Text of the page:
How to explain Kubernetes Operators in plain English

How to explain Kubernetes Operators in plain English

What are Kubernetes Operators, and why are they so valuable to organizations working with containers? Here’s a primer for IT leaders – and anyone needing to demystify the concept

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2. Operators systematize human knowledge as code

If you had to sum up Kubernetes in a word, the best choice might not be “orchestration” but “automation.” That’s really what it’s all about: Kubernetes enables the automation of the infrastructure (and corresponding operational burden of managing that infrastructure) necessary for running containerized applications – a must when running these apps at scale in production environments.

Essentially, automation in an IT context means translating human knowledge and effort – often painful effort – into software.

“Kubernetes Operators take all of that knowledge about an application’s lifecycle that a DevOps team practices manually, and systematize it.”

“Kubernetes Operators take all of that knowledge about an application’s lifecycle that a DevOps team practices manually, and systematize it so that everything that can be automated is handled elegantly by Kubernetes, and what human interactions remain can be done via standard Kubernetes tooling,” says Thompson from Solodev. “The promise of Kubernetes is automation. Operators are a giant stride toward its full realization.”

[ What is a Kubernetes Secret and how does it boost security? Read also: How to explain Kubernetes Secrets in plain English. ]

3. Operators do this in a scalable, repeatable, standardized fashion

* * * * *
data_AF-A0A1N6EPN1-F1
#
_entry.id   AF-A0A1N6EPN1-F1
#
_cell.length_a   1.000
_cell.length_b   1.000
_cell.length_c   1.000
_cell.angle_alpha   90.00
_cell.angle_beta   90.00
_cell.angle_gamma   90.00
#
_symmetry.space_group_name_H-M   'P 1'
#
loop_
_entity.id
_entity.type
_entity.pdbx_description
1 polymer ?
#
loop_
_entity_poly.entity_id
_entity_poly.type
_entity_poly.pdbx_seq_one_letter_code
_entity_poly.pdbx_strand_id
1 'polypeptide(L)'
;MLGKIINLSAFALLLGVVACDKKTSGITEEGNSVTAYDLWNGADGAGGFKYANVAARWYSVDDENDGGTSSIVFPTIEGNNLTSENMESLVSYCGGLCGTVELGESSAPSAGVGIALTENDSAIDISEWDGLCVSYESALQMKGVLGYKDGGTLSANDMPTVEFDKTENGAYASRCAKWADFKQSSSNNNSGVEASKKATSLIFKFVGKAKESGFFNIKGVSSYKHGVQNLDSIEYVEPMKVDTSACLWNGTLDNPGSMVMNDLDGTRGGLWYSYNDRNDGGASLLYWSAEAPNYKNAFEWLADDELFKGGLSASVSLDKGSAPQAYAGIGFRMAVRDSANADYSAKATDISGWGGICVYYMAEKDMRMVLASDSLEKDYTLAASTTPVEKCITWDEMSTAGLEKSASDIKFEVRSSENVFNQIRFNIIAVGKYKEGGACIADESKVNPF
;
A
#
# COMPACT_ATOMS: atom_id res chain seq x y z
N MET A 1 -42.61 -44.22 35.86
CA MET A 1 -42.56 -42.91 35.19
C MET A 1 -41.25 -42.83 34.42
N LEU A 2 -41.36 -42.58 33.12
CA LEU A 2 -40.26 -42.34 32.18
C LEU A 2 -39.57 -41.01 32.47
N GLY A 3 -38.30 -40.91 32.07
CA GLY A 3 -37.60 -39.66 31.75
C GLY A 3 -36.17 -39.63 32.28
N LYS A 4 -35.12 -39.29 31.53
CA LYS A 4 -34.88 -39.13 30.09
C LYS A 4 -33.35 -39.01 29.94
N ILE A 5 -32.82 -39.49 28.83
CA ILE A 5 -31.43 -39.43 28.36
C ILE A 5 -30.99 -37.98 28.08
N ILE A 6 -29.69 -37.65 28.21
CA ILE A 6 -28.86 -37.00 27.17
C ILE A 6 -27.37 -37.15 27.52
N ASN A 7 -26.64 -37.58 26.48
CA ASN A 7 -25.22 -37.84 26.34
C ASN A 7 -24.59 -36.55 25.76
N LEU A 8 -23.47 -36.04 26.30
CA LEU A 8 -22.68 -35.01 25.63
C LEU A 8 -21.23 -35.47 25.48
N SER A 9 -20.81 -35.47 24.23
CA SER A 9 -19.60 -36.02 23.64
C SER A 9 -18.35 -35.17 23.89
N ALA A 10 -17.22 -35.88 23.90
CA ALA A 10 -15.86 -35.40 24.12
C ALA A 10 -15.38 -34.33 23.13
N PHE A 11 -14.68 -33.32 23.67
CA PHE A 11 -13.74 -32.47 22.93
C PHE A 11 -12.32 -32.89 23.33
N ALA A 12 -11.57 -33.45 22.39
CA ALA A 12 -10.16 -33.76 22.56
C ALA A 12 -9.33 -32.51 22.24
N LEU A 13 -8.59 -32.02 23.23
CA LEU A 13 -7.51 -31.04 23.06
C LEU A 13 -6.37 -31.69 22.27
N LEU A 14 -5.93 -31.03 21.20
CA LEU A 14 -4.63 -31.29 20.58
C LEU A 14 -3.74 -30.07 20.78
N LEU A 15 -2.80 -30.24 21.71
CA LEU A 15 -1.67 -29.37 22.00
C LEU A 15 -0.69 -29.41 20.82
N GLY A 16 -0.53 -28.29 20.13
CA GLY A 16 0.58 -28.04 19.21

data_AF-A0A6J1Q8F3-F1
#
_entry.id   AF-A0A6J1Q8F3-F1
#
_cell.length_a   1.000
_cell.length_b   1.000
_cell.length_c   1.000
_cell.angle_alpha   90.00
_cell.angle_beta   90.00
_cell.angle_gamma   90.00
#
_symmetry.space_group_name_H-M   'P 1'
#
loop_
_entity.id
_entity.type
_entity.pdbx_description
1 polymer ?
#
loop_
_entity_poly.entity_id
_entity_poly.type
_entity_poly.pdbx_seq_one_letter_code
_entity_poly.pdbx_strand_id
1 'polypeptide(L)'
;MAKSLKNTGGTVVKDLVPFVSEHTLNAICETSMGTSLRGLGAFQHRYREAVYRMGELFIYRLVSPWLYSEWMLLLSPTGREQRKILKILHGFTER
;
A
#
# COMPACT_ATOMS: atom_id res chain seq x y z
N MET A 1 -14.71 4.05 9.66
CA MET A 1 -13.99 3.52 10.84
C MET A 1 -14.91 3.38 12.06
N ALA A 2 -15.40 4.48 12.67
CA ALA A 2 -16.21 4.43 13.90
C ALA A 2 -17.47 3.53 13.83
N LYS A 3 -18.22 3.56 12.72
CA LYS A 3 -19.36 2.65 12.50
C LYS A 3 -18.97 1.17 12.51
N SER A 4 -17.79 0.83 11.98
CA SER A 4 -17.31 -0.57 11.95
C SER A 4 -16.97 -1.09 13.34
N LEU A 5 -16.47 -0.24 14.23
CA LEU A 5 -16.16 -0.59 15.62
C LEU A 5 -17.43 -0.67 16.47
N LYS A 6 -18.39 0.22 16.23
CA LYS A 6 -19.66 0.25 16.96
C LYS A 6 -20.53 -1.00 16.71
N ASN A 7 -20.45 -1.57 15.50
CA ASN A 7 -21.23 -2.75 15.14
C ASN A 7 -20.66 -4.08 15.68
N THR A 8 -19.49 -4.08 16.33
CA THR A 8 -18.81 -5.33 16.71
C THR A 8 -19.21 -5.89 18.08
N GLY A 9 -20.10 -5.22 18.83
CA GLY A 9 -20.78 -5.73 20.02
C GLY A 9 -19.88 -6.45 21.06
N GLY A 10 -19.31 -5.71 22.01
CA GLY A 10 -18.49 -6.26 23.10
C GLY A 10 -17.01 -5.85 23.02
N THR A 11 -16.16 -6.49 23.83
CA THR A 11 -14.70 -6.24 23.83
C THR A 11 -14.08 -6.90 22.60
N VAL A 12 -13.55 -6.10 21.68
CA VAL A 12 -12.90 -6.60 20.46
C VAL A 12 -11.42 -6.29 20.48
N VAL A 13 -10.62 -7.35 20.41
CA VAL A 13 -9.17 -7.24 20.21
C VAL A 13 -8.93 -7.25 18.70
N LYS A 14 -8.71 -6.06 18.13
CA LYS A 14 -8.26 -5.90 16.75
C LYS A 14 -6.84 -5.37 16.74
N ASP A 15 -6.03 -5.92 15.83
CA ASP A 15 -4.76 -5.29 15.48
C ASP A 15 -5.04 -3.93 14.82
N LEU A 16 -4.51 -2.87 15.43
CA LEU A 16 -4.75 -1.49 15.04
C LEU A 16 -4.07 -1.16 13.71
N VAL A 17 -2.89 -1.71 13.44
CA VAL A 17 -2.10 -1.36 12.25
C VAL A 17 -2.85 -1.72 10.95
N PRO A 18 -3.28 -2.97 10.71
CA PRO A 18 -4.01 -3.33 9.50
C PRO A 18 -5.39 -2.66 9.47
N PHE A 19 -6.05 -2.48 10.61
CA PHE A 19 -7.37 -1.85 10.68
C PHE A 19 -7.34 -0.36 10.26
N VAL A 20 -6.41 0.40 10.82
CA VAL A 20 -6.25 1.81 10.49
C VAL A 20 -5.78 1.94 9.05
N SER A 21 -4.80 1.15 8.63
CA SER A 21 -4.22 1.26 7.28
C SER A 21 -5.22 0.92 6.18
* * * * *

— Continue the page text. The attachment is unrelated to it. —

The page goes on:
The value of automation is inextricably linked to its scalability and repeatability – if you need to “re-automate” a process every time it’s needed elsewhere, that’s not going to cut it.

Katz from Crunchy Data illustrates this idea within the context of a database: “Data that is written to a database needs to exist well after a pod is terminated. Additionally, in a database like PostgreSQL that supports multi-version concurrency control, there are a variety of snapshots of the data that are available to a user based upon the current state of the data,” Katz says. “Operations such as creating backups or standbys of the data require a little bit of extra knowledge of how the system works, and this is where an Operator can help.”

The value begins cascading when you put this into a production context.

This is a key benefit: Operators are akin to reusable templates for various tasks in an application’s lifecycle.

“The Operator really showcases its power when applying these commands en masse. For instance, with PostgreSQL, there are a variety of steps you need to take in order to provision a replica copy of a database. Imagine you have to do this hundreds, if not thousands, of times,” Katz says. “An Operator allows you to perform these complex administrative tasks easily and in a standardized way.”